But they don't understand it. And so one of the things that's happened in the building industry is the technology has gotten better. It's gotten better in the standpoint of -- that we are -- you know, we're manufacturing products that go into a home which are called engineered wood products that don't have an impact on our forestry, on our old growth forestry. They're basically farms. It's a crop. It's like growing corn or soy bean.

And I've brought some samples of some of these items that are things people should consider when they're building or renovating a home.

O'BRIEN: I'll tell you what. Before you get into it because I -- I do want to see all these things. I want to ask you a question, though, that comes to mind.

MANFREDINI: Sure.

O'BRIEN: There is this perception out there that new construction these days -- they just don't do it like they did it in the old days. And it's not quite as simple as that, is it?

In many cases, some of the wood used in the old days was, in fact, better, old growth forest, but some of the techniques that were used aren't quite as good as what are used today, correct?

MANFREDINI: Well, I will take an exception to that, and I will say what -- that statement you made is a true one, and my answer to that is, you're right, we don't build homes like we used to. I think we build them better.

And the reason is this. When you look at -- you know, I've renovated and remodeled a lot of homes, and you'll go into some old neighborhoods in Chicago or across the country, and you'll take apart a wall, and you'll say, "Wow. Look at. These wall studs are -- they're like every few feet." There's no rhyme or reason as to how it was built because, back then, the carpenters would say, "Yeah, put one here. Put one here. Go ahead, nail it up, and you're done."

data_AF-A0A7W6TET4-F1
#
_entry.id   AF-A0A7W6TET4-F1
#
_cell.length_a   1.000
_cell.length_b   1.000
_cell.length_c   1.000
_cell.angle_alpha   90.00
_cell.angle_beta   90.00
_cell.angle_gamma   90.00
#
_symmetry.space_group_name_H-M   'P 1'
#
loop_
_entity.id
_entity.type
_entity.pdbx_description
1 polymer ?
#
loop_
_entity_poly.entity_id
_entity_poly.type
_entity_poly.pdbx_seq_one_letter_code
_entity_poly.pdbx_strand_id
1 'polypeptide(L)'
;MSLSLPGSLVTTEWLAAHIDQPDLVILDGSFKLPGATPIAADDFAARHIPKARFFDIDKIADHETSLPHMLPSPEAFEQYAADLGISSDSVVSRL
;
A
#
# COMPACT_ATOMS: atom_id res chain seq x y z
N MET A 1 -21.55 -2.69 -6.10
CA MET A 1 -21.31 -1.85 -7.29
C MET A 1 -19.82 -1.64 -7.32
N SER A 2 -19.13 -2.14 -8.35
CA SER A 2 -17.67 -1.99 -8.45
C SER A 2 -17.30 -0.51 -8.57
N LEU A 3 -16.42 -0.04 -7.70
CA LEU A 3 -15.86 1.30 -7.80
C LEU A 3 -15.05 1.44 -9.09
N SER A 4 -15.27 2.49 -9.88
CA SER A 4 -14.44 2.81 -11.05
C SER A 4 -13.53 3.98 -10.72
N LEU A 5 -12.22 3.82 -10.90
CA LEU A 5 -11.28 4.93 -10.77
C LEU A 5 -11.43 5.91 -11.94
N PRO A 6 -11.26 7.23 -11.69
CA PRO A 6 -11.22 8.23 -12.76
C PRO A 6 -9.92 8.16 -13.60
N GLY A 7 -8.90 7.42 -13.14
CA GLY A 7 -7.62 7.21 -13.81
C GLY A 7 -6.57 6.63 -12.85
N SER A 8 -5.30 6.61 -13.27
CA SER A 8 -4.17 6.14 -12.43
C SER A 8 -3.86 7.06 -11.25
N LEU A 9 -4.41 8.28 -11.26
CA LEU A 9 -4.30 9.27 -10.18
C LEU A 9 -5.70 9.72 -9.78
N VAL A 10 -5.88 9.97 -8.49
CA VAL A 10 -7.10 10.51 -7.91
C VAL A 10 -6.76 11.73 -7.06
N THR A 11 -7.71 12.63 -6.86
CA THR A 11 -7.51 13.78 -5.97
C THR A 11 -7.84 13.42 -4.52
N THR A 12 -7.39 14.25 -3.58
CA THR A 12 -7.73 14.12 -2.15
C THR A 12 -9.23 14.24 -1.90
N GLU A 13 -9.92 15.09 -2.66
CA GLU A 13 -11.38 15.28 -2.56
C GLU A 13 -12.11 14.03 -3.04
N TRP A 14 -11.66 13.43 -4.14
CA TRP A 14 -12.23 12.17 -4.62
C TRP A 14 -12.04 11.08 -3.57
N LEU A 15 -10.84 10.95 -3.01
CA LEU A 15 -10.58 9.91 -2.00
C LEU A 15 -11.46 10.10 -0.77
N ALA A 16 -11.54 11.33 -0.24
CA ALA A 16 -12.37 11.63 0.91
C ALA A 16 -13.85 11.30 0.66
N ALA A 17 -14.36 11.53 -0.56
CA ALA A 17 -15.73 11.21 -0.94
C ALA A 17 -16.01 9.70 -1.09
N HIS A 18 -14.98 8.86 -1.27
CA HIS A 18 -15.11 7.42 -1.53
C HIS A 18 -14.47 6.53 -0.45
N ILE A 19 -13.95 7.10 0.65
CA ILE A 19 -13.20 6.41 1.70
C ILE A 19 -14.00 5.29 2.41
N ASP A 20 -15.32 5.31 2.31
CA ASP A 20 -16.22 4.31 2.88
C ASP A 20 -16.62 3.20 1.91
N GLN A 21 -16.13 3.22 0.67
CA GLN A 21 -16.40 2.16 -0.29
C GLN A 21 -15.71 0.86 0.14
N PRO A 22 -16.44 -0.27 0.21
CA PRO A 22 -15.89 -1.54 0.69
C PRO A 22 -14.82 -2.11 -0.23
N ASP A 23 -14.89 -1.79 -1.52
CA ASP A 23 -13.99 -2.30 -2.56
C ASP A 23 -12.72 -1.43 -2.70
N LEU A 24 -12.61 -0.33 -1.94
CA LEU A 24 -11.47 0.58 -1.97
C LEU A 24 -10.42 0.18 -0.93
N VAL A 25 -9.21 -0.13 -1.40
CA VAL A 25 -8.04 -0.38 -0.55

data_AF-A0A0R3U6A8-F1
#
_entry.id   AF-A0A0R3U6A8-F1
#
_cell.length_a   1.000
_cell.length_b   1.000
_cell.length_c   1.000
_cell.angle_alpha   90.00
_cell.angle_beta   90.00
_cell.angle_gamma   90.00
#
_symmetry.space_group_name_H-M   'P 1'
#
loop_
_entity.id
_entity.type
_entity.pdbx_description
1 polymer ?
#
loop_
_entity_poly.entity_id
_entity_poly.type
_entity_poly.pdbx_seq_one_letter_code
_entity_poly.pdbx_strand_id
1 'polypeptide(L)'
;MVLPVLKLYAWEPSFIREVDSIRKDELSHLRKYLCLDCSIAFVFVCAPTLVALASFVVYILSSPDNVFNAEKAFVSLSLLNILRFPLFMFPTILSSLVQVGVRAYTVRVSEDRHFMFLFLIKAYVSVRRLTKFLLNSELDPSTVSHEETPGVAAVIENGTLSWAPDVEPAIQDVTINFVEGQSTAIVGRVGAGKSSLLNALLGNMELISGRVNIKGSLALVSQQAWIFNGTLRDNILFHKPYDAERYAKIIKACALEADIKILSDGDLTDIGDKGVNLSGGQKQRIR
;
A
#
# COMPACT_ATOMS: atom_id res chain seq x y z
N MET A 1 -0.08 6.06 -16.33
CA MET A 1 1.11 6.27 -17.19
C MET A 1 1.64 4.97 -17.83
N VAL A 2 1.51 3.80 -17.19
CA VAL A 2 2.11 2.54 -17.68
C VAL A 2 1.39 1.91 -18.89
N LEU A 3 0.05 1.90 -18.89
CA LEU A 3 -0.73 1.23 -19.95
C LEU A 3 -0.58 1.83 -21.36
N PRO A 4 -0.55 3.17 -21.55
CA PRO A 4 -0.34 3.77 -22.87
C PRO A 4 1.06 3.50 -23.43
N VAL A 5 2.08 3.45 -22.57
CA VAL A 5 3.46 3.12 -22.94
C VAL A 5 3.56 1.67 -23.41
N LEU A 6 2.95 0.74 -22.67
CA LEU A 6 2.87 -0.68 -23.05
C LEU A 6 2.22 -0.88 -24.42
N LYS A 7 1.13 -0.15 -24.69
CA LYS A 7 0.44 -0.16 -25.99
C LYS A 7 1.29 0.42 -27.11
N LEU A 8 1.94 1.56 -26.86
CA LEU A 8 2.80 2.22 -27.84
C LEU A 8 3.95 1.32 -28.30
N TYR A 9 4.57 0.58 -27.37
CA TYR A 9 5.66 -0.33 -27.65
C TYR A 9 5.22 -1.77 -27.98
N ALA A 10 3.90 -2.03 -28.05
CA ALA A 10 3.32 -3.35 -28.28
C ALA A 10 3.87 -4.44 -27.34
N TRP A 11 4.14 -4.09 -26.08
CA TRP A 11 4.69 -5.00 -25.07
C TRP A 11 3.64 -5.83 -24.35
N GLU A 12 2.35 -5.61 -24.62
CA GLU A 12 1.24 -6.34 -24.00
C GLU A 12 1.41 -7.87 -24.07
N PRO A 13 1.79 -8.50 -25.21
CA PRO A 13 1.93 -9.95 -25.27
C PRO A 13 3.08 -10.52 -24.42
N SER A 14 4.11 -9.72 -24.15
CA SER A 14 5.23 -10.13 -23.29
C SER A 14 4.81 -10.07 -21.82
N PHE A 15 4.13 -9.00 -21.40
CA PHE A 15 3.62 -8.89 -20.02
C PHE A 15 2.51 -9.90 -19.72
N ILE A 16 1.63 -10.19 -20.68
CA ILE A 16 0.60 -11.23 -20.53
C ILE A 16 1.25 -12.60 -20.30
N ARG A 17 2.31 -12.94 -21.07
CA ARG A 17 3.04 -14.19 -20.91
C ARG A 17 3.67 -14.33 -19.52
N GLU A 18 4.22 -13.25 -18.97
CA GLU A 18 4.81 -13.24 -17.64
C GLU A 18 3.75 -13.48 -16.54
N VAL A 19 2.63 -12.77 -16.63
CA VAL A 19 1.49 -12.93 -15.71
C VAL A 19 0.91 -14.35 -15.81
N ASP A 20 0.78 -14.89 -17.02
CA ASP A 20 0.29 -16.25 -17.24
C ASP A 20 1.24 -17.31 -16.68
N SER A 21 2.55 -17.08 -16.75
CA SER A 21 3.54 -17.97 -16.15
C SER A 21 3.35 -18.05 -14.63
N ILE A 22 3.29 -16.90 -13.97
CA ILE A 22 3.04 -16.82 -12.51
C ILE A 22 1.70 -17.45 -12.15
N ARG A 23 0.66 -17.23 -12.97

Now the structures that we make, the fact that we're building homes more energy efficient, there is a thought process not only in how the house is built today, but the fact that it's going to last for years and years and years.

And the architects, the engineers, the builders, and the homeowners are demanding a quality product, and, across the board, you're finding the industry is setting standards, no matter what you build a home from, of how it should be built so that it has a long- lasting -- and adds value year after year after year.

O'BRIEN: All right. With that in mind, let's look at some of these engineered wood products and where they might be used in a house.

MANFREDINI: One of the things, Miles -- if you go -- do you own a home?

O'BRIEN: I do.

MANFREDINI: Is your -- do you have a basement in your home?

O'BRIEN: I do.

MANFREDINI: OK. When you go down in the basement, is it finished or unfinished?